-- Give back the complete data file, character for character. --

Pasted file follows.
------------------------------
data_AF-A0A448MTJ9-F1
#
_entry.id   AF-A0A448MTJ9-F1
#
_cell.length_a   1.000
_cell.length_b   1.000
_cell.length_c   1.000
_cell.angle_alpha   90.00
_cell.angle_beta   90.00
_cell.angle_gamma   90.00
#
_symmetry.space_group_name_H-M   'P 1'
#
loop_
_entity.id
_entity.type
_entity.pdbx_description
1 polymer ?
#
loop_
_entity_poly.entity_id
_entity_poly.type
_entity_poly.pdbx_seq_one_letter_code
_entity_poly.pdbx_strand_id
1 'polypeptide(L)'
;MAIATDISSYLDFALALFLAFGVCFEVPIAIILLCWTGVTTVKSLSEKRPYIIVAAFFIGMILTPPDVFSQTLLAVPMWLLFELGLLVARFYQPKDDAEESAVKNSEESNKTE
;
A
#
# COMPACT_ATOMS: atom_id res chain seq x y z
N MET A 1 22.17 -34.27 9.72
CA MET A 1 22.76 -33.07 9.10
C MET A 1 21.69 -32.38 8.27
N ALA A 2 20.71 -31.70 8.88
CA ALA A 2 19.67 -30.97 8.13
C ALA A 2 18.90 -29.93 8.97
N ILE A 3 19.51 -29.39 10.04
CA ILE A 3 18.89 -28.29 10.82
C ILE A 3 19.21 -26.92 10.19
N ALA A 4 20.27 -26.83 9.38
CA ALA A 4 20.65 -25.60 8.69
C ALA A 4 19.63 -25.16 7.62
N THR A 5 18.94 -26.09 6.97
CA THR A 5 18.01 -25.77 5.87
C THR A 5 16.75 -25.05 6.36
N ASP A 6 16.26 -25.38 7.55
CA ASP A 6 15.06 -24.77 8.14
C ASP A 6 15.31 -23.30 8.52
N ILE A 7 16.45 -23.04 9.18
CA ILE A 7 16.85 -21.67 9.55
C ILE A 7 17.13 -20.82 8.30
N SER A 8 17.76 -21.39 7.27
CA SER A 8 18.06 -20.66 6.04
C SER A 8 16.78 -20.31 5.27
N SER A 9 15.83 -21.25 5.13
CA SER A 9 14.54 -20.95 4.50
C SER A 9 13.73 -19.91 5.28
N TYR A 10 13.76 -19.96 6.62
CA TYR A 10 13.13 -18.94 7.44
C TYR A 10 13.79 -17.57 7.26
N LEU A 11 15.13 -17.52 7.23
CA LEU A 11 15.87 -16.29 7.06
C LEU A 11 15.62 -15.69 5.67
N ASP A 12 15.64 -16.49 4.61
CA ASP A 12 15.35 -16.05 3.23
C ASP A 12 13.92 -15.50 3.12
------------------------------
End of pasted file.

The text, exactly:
data_AF-A0A448MTJ9-F1
#
_entry.id   AF-A0A448MTJ9-F1
#
_cell.length_a   1.000
_cell.length_b   1.000
_cell.length_c   1.000
_cell.angle_alpha   90.00
_cell.angle_beta   90.00
_cell.angle_gamma   90.00
#
_symmetry.space_group_name_H-M   'P 1'
#
loop_
_entity.id
_entity.type
_entity.pdbx_description
1 polymer ?
#
loop_
_entity_poly.entity_id
_entity_poly.type
_entity_poly.pdbx_seq_one_letter_code
_entity_poly.pdbx_strand_id
1 'polypeptide(L)'
;MAIATDISSYLDFALALFLAFGVCFEVPIAIILLCWTGVTTVKSLSEKRPYIIVAAFFIGMILTPPDVFSQTLLAVPMWLLFELGLLVARFYQPKDDAEESAVKNSEESNKTE
;
A
#
# COMPACT_ATOMS: atom_id res chain seq x y z
N MET A 1 22.17 -34.27 9.72
CA MET A 1 22.76 -33.07 9.10
C MET A 1 21.69 -32.38 8.27
N ALA A 2 20.71 -31.70 8.88
CA ALA A 2 19.67 -30.97 8.13
C ALA A 2 18.90 -29.93 8.97
N ILE A 3 19.51 -29.39 10.04
CA ILE A 3 18.89 -28.29 10.82
C ILE A 3 19.21 -26.92 10.19
N ALA A 4 20.27 -26.83 9.38
CA ALA A 4 20.65 -25.60 8.69
C ALA A 4 19.63 -25.16 7.62
N THR A 5 18.94 -26.09 6.97
CA THR A 5 18.01 -25.77 5.87
C THR A 5 16.75 -25.05 6.36
N ASP A 6 16.26 -25.38 7.55
CA ASP A 6 15.06 -24.77 8.14
C ASP A 6 15.31 -23.30 8.52
N ILE A 7 16.45 -23.04 9.18
CA ILE A 7 16.85 -21.67 9.55
C ILE A 7 17.13 -20.82 8.30
N SER A 8 17.76 -21.39 7.27
CA SER A 8 18.06 -20.66 6.04
C SER A 8 16.78 -20.31 5.27
N SER A 9 15.83 -21.25 5.13
CA SER A 9 14.54 -20.95 4.50
C SER A 9 13.73 -19.91 5.28
N TYR A 10 13.76 -19.96 6.62
CA TYR A 10 13.13 -18.94 7.44
C TYR A 10 13.79 -17.57 7.26
N LEU A 11 15.13 -17.52 7.23
CA LEU A 11 15.87 -16.29 7.06
C LEU A 11 15.62 -15.69 5.67
N ASP A 12 15.64 -16.49 4.61
CA ASP A 12 15.35 -16.05 3.23
C ASP A 12 13.92 -15.50 3.12